1-54 Contemporary African Art Fair took place from the 3rd to 5th May 2019 in Manhattan, NY, boasting record-breaking attendance. Welcoming over 10,000 visitors, including museum directors, curators and collectors affiliated with over 50 museums and non-profit institutions around the world, the art fair strengthened its position as a powerful platform for African art discovery, cultural engagement and sales acquisition. (Image credit: Touria El Glaoui at 1-54 NYC_2019 @brittanybuongiorno)
With editions in London, New York and Marrakech, 1-54 is the leading international art fair dedicated to contemporary art from Africa and its diaspora. Initiated by Touria El Glaoui in 2013, the art fair held its 6th consecutive edition in London in October 2018 and celebrated its 2nd edition in Marrakech in February this year.
Founder and director Touria El Glaoui has been listed among the 100 most powerful women in Africa by Forbes. Raised in Morocco, she has also organised and co-curated exhibitions of her father’s work, Moroccan artist Hassan El Glaoui. A great representative of contemporary African art and women in leadership.
Touria El Glaoui, commented, “The vision of 1-54 is one that strives to give opportunities and global exposure to artists from the African continent and of the African diaspora by welcoming galleries that support these artists from Africa, Europe and the United States”.
The 2019 edition welcomed 24 galleries from Belgium, Côte d’Ivoire, Egypt, Ethiopia, France, Ghana, Kenya, Martinique, Morocco, Nigeria, Portugal, Senegal, South Africa, Turkey, the United Kingdom and the United States, collectively exhibiting the work of more than 70 artists and hosting the largest number of galleries from the African continent until now.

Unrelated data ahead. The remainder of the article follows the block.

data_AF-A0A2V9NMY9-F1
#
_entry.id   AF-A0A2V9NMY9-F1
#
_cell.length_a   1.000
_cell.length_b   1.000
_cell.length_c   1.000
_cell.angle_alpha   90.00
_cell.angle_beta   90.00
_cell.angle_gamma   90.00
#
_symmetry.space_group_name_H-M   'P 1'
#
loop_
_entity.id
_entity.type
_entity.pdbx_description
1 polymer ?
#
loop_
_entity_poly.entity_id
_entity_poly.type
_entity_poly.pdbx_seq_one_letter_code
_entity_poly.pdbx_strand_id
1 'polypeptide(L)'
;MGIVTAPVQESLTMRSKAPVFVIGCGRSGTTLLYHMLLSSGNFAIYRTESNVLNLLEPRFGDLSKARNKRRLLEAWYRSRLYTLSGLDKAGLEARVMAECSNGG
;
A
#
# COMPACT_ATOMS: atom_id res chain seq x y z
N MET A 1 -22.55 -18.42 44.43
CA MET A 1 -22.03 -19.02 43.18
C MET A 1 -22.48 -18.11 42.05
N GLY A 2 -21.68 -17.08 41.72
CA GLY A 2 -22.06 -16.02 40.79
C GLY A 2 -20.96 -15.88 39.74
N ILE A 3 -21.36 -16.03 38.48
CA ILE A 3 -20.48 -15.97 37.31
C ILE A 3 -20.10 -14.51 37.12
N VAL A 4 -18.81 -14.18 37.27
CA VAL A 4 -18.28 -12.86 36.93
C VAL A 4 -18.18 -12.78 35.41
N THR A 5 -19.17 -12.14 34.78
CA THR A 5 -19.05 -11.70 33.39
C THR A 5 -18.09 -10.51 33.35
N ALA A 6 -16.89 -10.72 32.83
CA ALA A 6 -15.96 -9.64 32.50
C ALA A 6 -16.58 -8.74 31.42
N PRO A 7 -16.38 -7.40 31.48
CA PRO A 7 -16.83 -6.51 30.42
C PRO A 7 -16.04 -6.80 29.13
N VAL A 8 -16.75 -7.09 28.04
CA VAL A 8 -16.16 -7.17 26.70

1-54 hosted a robust line-up of Special Projects, including ‘Collector’s choice: Abidjan in the 1970’s; Paul Kodjo photographs the ‘Ivorian Miracle’, presented by Happening Africa. 1-54 also collaborated with the Pioneer Works’ Visual Arts Residency 2019 for an installation by artist Ezra Wube. Aperture Foundation showcased the new publication ‘Kwame Brathwaite: Black is Beautiful’ in addition to releases by Hank Willis Thomas, Deana Lawson, Zanele Muholi and Mickalene Thomas at its pop-up bookshop. The Aperture pop-up bookshop hosted a book signing of ‘Hank Willis Thomas: All Things Being Equal’, in the presence of the artist.
Curated by Black Chalk and Co., an artist collective founded by Zimbabwean artists Nontsikelelo Mutiti and Tinashe Mushakavanhu, and supported by Olivia Peterson (FORUM Curatorial Assistant), 1-54 Forum returned to the art fair once again by focusing on radical imperatives underlining African and African American artistry, dealing with themes of temporal and material abstraction, narrativization and transformation through enabling artists to visualize and mobilize new artistic communities and connections. Artists involved were Richard Mudariki, Miatta Kawinzi, Lizania Cruz, Wura-Natasha Ogunji, Kaneza Schaal, Ayodamola Okunseinde, Salome Asega, Stanley Wolukau-Wanambwa, Derek Fordjour, Paloma McGregor and Zakes Mda. Curators and scholars included MK Abadoo (Choreographer and Assistant Professor, Department of Dance and Choreography, Virginia Commonwealth University), Rashida Bumbray (Curator and Choreographer), Amber Esseiva (Assistant Curator, Institute for Contemporary Art at Virginia Commonwealth University), Ashley James (Assistant Curator, Brooklyn Museum), and Tandazani Dhlakama (Assistant Curator and Education Manager, Zeitz MOCAA).
Nontsikelelo Mutiti and Tinashe Mushakavanhu say: “While 1-54 is primarily a market for African art, a meeting point, forum facilitates conversations, and networks which enables the creation of a sustainable community. 1-54 FORUM was a wonderful experience seeing and learning from so many generous artists, scholars, thinkers whose work is shaping how we engage with African culture and productions.”